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Hamas Agrees To Cease-Fire In Gaza

Palestinian family leaves its house in Gaza City.
GAZA (Reuters) -- Hamas said on January 18 that it would cease fire immediately along with other militant groups in the Gaza Strip and give Israel, which already declared a unilateral truce, a week to pull its troops out of the territory.

A spokesman for Israeli Prime Minister Ehud Olmert said earlier that if a ceasefire held in the Hamas-ruled enclave, Israel could start the process of withdrawing its forces.

"Hamas and the factions announce a ceasefire in Gaza starting immediately and give Israel a week to withdraw," said Ayman Taha, a Hamas official in Cairo for talks with Egypt on a truce deal.

The Islamist group said previously it would not stop its attacks as long as Israeli soldiers remained in the Gaza Strip.

Taha said Hamas was demanding the opening of all Gaza border crossings for the entry of "all materials, food, goods and basic needs". Israel tightened its blockade of the Gaza Strip after Hamas seized the territory from forces loyal to Palestinian President Mahmoud Abbas in 2007.

Just hours earlier, Palestinian militants in the Gaza Strip fired rockets into southern Israel in defiance of the unilateral ceasefire that Olmert declared late on January 17 and which went into effect at 2 a.m. local time (0000 GMT) on January 18.

Olmert said Israel would not bring its troops home until Hamas ceased fire completely and he threatened its military would respond strongly to any attacks on the soldiers or cross-border rocket salvoes.

Palestinians rushed to remove bodies from rubble and survey damage to homes damaged or destroyed since Israel launched on December 27 its most powerful offensive in the enclave in decades.

Leaders from Britain, Egypt, France, Germany, Italy and Turkey and U.N. Secretary-General Ban Ki-moon were to meet in the Egyptian Red Sea resort of Sharm el-Sheikh within hours to coordinate policy on the Israeli-Palestinian conflict.

"Israel must allow full access to humanitarian workers, and to relief supplies," British Prime Minister Gordon Brown told reporters en route to the summit. "We must also end Gaza's economic isolation by reopening the crossings that link it to the outside world."

Egypt said the gathering would try to help it turn the ceasefire Israel declared into a mutual agreement leading to Israeli withdrawal from the Hamas-ruled Gaza Strip.

During the 22-day-long offensive, Israeli attacks killed more than 1,300 Palestinians, including some 700 civilians, Gaza medical officials said. Israel said hundreds of gunmen were among the dead. Ten Israeli soldiers were killed as well as three Israeli civilians hit by rockets.

The mounting civilian death toll in the Gaza Strip and mounting destruction and hardship in the territory brought strong international pressure on Israel to stop the offensive.


Hours after the Israeli ceasefire began, Gaza militants fired five rockets into the Israeli town of Sderot, causing no casualties, an Israeli military spokesman said. By the afternoon, another nine rockets hit Israel, police said.

Israeli aircraft staged what appeared to be a limited response, attacking sites where the rockets were launched.

In the first reported fatality since the ceasefire began, a Palestinian was killed by Israeli forces near the town of Khan Younis after mortar bombs were fired from the area, medical workers said. They identified him as a civilian.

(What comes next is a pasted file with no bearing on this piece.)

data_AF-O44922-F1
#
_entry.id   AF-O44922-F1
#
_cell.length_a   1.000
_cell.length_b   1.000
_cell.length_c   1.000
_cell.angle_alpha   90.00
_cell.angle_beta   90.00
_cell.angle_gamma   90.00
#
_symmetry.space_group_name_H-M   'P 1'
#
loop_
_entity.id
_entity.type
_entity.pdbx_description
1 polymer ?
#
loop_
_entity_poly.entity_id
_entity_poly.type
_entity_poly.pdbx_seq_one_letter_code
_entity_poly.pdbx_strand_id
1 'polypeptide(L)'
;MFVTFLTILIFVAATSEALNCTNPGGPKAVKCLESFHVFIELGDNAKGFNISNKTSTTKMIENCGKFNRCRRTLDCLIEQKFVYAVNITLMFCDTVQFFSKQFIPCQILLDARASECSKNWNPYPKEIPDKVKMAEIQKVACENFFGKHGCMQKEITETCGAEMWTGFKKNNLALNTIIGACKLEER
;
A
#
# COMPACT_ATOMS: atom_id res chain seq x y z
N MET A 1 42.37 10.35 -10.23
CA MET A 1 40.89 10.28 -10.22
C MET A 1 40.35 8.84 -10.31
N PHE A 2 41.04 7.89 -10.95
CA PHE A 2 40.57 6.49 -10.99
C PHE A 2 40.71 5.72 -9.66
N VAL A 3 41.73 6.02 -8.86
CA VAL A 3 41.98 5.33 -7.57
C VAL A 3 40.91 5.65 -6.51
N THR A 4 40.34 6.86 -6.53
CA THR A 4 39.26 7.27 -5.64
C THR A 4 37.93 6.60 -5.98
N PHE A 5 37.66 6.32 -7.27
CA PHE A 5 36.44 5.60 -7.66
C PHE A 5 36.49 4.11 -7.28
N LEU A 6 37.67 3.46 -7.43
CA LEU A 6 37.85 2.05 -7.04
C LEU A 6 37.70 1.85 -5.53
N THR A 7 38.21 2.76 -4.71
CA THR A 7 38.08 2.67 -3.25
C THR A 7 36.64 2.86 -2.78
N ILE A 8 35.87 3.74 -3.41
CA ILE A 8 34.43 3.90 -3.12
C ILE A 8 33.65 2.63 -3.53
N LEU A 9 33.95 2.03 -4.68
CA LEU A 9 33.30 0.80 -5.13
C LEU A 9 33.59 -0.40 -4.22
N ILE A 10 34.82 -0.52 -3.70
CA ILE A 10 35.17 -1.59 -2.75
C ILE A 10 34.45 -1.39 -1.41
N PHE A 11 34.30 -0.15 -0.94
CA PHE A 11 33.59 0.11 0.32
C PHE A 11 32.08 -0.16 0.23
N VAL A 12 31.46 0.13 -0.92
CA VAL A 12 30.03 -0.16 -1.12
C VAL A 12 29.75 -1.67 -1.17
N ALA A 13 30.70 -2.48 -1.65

In an address late on January 17, Olmert said the Israeli operation, launched with the declared aim of ending cross-border rocket attacks that had killed 18 people in Israel over the previous eight years, had achieved all its objectives.

Olmert cited internationally backed understandings with Egypt, Gaza's southern neighbor, on preventing Hamas from rearming through smuggling tunnels as a reason behind Israel's decision to call off its attacks.

Left unsettled was an issue at the heart of the conflict -- Israel's blockade of the Gaza Strip. Hamas, though hit hard by the air and ground campaign, remains the de facto force within the coastal enclave.

Without an accord with Hamas, diplomats said they feared Israel would let only a trickle of goods into Gaza, hampering reconstruction and creating more hardship for its people.

Olmert, speaking about the rocket attacks on January 18, told his cabinet that Israel was reassessing the ceasefire constantly and troops were "prepared to act in any area" if "violations such as those that occurred this morning continue."

Hours after the ceasefire began, Israeli soldiers moved out of Beit Lahiya, an area militants have used as a launching ground for cross-border rocket strikes.

Palestinian ambulances picked up more than 95 bodies, most of them gunmen, that had lain in the rubble of buildings and open areas in and around Beit Lahiya, Hamas police and health officials said.

Residents who had left during the fighting returned to survey what remained of their homes. Children picked through the debris to uncover school bags and torn books.

A column of Israeli tanks and soldiers, some holding Israeli flags, withdrew from the Gaza Strip for what the army called "rest and relaxation".

But several of the tanks established a position 100 meters inside Gaza while others remained deployed on the eastern edge of the city of Gaza.

Israeli forces reopened the main north-south Gaza road, which they had closed during the conflict, but witnesses said tanks were still stationed along the route.